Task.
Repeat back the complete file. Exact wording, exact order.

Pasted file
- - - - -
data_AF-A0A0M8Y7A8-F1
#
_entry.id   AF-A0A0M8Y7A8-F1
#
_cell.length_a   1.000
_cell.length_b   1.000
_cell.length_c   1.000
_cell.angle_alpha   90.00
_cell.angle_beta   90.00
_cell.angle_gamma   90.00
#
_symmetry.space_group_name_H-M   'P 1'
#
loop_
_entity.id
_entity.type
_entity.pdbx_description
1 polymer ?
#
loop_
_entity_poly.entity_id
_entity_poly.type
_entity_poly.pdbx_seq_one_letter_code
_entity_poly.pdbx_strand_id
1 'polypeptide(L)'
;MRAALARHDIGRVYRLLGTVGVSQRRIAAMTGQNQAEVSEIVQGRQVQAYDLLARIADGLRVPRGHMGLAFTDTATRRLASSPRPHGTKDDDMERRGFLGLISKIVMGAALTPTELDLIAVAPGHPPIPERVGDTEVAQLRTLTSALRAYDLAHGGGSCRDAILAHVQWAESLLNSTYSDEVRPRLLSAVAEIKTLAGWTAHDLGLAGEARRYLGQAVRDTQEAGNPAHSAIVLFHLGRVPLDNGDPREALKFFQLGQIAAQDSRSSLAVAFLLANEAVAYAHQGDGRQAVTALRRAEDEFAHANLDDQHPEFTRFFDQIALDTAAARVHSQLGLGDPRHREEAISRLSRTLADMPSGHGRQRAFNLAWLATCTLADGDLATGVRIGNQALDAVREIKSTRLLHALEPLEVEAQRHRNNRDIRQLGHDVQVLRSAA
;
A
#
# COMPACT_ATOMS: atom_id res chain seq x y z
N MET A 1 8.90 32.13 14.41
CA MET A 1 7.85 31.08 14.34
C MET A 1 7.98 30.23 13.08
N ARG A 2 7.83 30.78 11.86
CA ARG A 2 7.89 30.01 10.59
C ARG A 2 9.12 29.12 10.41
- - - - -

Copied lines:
data_AF-A0A0M8Y7A8-F1
#
_entry.id   AF-A0A0M8Y7A8-F1
#
_cell.length_a   1.000
_cell.length_b   1.000
_cell.length_c   1.000
_cell.angle_alpha   90.00
_cell.angle_beta   90.00
_cell.angle_gamma   90.00
#
_symmetry.space_group_name_H-M   'P 1'
#
loop_
_entity.id
_entity.type
_entity.pdbx_description
1 polymer ?
#
loop_
_entity_poly.entity_id
_entity_poly.type
_entity_poly.pdbx_seq_one_letter_code
_entity_poly.pdbx_strand_id
1 'polypeptide(L)'
;MRAALARHDIGRVYRLLGTVGVSQRRIAAMTGQNQAEVSEIVQGRQVQAYDLLARIADGLRVPRGHMGLAFTDTATRRLASSPRPHGTKDDDMERRGFLGLISKIVMGAALTPTELDLIAVAPGHPPIPERVGDTEVAQLRTLTSALRAYDLAHGGGSCRDAILAHVQWAESLLNSTYSDEVRPRLLSAVAEIKTLAGWTAHDLGLAGEARRYLGQAVRDTQEAGNPAHSAIVLFHLGRVPLDNGDPREALKFFQLGQIAAQDSRSSLAVAFLLANEAVAYAHQGDGRQAVTALRRAEDEFAHANLDDQHPEFTRFFDQIALDTAAARVHSQLGLGDPRHREEAISRLSRTLADMPSGHGRQRAFNLAWLATCTLADGDLATGVRIGNQALDAVREIKSTRLLHALEPLEVEAQRHRNNRDIRQLGHDVQVLRSAA
;
A
#
# COMPACT_ATOMS: atom_id res chain seq x y z
N MET A 1 8.90 32.13 14.41
CA MET A 1 7.85 31.08 14.34
C MET A 1 7.98 30.23 13.08
N ARG A 2 7.83 30.78 11.86
CA ARG A 2 7.89 30.01 10.59
C ARG A 2 9.12 29.12 10.41